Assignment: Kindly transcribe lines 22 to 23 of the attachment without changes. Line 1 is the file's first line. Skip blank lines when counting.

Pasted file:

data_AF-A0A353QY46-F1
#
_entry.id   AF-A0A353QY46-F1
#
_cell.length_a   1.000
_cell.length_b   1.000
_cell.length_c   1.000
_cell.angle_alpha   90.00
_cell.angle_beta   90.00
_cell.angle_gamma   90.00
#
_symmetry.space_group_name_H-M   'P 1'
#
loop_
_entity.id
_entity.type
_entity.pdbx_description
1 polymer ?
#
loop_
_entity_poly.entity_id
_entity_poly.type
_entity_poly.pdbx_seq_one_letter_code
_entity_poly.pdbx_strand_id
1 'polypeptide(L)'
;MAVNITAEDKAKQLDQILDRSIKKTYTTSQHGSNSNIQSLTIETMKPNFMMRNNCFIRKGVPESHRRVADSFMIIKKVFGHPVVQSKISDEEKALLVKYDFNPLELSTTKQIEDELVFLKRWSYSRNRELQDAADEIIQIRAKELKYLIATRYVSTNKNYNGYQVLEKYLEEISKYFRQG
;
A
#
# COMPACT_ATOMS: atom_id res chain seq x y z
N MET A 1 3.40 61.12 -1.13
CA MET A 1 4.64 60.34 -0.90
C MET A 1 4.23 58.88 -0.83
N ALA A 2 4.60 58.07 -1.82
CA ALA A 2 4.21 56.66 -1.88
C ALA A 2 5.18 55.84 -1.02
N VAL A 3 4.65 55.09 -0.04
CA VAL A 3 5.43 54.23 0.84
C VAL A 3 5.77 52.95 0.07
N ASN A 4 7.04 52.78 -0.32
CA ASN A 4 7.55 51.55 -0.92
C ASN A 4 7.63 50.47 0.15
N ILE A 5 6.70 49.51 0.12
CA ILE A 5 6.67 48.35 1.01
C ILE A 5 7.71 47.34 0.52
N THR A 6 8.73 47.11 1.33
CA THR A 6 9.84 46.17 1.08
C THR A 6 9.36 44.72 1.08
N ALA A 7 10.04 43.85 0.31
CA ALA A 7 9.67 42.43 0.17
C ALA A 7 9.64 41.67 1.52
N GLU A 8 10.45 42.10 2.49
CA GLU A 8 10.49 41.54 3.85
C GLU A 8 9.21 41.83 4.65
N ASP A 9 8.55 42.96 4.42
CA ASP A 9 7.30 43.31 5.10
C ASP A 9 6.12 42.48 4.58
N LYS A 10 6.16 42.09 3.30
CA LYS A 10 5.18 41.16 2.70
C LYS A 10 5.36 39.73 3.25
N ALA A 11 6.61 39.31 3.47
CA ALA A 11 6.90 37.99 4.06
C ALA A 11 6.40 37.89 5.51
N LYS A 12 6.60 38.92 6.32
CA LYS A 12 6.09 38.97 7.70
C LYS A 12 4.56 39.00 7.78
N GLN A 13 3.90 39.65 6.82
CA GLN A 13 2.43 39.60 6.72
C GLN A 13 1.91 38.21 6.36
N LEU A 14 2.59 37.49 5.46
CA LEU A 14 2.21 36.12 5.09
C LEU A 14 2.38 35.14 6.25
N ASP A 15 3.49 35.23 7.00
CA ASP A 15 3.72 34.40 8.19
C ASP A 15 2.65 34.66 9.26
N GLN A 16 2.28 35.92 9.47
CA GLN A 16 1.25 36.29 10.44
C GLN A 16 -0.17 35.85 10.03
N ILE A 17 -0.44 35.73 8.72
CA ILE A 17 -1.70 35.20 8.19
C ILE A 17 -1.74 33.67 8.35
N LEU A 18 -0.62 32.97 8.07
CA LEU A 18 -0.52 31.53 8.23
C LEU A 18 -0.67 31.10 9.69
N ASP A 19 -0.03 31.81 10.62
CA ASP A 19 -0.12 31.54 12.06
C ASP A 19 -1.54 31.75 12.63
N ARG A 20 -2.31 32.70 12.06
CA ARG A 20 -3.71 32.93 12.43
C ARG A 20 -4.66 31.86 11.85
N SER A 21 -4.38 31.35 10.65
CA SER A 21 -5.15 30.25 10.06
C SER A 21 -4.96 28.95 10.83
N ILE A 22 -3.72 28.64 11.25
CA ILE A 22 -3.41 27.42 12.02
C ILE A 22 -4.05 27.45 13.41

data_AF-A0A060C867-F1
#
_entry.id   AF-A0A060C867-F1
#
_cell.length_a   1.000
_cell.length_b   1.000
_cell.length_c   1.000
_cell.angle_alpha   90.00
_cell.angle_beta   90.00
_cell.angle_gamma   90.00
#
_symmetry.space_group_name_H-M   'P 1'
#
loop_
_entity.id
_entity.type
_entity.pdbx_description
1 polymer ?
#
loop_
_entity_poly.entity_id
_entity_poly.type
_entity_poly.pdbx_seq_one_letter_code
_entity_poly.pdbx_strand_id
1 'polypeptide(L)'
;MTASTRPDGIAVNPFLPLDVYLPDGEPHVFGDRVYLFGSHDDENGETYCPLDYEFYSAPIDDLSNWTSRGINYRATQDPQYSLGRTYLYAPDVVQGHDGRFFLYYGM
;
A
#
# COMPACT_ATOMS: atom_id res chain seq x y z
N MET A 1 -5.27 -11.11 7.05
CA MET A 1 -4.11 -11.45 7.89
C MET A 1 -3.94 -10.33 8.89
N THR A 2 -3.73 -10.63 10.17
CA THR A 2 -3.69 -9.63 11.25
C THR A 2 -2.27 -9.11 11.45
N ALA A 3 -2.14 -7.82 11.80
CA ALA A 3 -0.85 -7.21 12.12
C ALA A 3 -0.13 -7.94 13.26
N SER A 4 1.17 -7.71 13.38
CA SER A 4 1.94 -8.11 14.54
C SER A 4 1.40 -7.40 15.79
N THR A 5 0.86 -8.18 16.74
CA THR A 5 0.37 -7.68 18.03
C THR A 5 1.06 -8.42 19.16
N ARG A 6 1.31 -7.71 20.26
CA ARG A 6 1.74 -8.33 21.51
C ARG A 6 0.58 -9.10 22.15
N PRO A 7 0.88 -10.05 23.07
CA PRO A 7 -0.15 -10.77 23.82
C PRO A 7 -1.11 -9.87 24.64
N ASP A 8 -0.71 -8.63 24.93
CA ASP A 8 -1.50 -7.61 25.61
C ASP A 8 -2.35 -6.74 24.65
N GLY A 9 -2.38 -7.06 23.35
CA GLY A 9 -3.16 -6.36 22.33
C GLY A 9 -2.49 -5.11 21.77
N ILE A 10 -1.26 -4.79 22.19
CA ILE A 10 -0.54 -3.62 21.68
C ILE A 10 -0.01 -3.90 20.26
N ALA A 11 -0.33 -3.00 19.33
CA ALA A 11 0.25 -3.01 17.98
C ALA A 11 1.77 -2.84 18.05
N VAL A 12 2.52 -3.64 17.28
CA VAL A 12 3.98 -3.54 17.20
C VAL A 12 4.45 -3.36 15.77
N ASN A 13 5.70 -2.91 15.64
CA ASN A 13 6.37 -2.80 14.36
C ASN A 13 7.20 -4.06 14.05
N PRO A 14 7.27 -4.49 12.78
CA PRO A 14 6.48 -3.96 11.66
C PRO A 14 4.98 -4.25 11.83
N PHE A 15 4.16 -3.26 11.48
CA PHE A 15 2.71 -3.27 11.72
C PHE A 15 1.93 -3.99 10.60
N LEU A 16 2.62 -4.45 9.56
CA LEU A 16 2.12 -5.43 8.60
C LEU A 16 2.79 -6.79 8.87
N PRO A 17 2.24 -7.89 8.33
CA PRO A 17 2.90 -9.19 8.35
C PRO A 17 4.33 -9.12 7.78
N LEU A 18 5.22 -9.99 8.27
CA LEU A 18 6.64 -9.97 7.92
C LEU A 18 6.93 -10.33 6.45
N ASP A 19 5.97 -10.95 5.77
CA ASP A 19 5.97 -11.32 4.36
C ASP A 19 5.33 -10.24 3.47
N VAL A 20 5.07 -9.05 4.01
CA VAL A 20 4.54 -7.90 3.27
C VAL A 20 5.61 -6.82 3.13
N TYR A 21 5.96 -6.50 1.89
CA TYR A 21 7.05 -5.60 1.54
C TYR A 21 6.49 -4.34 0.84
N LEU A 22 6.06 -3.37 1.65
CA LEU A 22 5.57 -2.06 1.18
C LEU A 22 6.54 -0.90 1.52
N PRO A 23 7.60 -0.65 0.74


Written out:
_entity_poly.type
_entity_poly.pdbx_seq_one_letter_code